Candidate Tests - their limitations...?

We hold what we regard is a healthy scepticism for some forms of aptitude of behavioural tests. It is not that we think they may be wrong just that in using them they may not be the predictors an employer might expect.

This test received on our email is pretty amazing and is an illustration of a – seemingly - objective test not delivering quite what you think it might.
Being a Friday we have another hopefully humorous ditty for you from the world of recruitment.


The Movie Test:

Be honest and don't look at the movie list until you have done the arithmetic.
The idea is the test will predict from choices you make your favourite movie – the one you would enjoy the most. Don't ask how, but it really seems to work and come up with the (right) answer?











Pick a number from 1-9.
Multiply by 3.
Add 3.
Multiply by 3 again.

Now add the two digits together to find the movie you are most likely to enjoy from the list of 18 movies below (you will need to scroll down).

















Movie List (don’t look at this till you have done the test above):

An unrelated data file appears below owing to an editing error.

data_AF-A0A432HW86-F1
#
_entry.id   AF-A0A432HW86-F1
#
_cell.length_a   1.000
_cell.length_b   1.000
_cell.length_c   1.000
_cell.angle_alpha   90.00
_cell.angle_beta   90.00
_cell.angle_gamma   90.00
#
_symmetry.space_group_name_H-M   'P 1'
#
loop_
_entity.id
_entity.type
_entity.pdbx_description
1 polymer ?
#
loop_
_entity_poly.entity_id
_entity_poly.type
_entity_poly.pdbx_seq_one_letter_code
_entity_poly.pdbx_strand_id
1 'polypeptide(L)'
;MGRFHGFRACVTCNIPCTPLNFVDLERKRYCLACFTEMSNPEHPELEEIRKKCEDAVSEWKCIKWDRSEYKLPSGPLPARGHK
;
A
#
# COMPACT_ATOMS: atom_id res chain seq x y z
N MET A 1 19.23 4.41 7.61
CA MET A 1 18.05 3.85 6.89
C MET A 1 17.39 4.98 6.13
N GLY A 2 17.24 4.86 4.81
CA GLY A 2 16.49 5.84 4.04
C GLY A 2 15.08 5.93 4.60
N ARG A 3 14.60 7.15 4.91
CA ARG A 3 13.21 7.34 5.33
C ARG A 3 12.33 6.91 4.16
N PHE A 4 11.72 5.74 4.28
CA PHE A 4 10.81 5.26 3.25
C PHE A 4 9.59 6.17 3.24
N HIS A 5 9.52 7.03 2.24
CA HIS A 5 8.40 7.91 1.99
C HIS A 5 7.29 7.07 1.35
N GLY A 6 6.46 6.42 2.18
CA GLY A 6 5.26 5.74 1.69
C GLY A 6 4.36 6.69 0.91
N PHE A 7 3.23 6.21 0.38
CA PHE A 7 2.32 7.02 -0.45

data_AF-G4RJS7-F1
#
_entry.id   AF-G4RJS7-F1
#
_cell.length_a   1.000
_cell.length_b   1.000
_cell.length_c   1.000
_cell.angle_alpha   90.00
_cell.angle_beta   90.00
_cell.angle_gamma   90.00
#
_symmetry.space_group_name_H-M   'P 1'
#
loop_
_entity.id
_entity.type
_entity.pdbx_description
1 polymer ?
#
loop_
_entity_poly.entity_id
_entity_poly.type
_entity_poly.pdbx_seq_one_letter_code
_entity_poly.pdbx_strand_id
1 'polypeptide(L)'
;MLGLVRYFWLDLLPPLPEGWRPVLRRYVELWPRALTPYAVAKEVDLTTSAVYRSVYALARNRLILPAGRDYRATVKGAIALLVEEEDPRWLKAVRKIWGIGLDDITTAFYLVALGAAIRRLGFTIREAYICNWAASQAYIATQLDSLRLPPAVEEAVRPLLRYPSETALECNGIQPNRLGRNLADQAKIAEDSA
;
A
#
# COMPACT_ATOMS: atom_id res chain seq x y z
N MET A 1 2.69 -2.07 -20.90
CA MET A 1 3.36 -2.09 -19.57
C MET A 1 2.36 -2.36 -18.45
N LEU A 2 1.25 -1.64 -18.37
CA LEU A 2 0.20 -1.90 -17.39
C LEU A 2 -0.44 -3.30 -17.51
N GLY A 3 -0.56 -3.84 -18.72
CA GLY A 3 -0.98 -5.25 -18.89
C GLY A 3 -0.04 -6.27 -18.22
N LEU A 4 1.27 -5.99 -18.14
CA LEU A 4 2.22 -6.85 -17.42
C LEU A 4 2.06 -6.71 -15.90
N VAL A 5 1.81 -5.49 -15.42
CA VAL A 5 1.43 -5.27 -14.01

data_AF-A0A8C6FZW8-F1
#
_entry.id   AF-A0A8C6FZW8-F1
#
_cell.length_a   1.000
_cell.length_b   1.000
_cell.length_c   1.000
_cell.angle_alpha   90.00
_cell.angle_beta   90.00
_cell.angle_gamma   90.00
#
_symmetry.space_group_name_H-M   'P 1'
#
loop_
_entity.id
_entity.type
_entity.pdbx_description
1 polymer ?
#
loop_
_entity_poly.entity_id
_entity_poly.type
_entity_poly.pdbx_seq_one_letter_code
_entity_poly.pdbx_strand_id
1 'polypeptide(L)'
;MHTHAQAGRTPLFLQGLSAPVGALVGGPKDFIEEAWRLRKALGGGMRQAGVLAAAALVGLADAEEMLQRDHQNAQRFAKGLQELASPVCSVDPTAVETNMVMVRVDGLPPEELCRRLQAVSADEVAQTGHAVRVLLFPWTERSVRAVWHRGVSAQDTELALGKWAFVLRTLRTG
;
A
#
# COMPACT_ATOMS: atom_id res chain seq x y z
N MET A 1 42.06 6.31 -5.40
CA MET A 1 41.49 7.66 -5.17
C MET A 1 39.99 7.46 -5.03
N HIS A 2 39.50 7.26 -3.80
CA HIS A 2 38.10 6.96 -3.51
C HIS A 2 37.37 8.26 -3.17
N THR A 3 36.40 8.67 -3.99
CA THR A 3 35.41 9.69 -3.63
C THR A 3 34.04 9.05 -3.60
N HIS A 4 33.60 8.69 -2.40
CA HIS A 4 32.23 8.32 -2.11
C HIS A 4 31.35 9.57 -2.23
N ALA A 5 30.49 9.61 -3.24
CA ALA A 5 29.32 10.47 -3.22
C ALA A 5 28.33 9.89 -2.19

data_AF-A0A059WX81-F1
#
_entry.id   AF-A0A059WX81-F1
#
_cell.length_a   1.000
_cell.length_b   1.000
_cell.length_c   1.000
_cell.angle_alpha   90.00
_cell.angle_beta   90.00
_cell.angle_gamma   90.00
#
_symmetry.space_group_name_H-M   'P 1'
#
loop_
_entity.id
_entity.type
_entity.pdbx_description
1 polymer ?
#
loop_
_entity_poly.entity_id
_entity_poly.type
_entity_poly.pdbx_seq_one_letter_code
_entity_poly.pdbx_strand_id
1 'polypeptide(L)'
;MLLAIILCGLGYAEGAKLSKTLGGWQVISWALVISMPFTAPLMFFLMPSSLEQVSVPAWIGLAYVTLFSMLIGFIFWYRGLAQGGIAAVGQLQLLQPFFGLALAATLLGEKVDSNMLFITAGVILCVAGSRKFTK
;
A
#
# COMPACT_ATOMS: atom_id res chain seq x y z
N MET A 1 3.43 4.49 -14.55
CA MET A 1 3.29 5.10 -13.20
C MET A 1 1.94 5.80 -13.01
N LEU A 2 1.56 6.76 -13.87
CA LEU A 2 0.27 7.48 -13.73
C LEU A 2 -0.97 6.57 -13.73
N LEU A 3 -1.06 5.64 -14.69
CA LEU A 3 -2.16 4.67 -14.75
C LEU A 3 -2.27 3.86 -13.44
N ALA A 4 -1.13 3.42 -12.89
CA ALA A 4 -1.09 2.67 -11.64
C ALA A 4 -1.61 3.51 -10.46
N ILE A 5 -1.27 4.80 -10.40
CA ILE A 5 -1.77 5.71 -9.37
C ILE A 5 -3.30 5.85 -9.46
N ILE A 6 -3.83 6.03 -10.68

1. Gone With The Wind
2. E.T.
3. Beverly Hills Cop
4. Star Wars
5. Forrest Gump
6. The Good, The Bad, and the Ugly
7. Jaws
8. Grease
9. The Joy of Anal Sex With A Goat
10. Casablanca
11. Jurassic Park
12. Shrek
13. Pirates of the Caribbean
14. Titanic
15. Raiders Of The Lost Ark
16. Home Alone
17. Mrs. Doubtfire
18. Toy Story

Did this test come up with the (right) answer? Now, isn't that something.....?
Whilst we don’t want to offend anyone, if you did get answer No 9 then it does illustrate a limitation we think can easily apply to personality or attribute testing. A test that may seem to offer an objective and scientific means of determining attributes, and by implication on job performance, might not be the predictive tool expected.

Sadly people are just not that simple. Recruitment and recruiters need a bit more savvy and expertise. From what we hear there are still sadly many employers and also recruiters whom seemingly use them as a crutch in staffing decisions.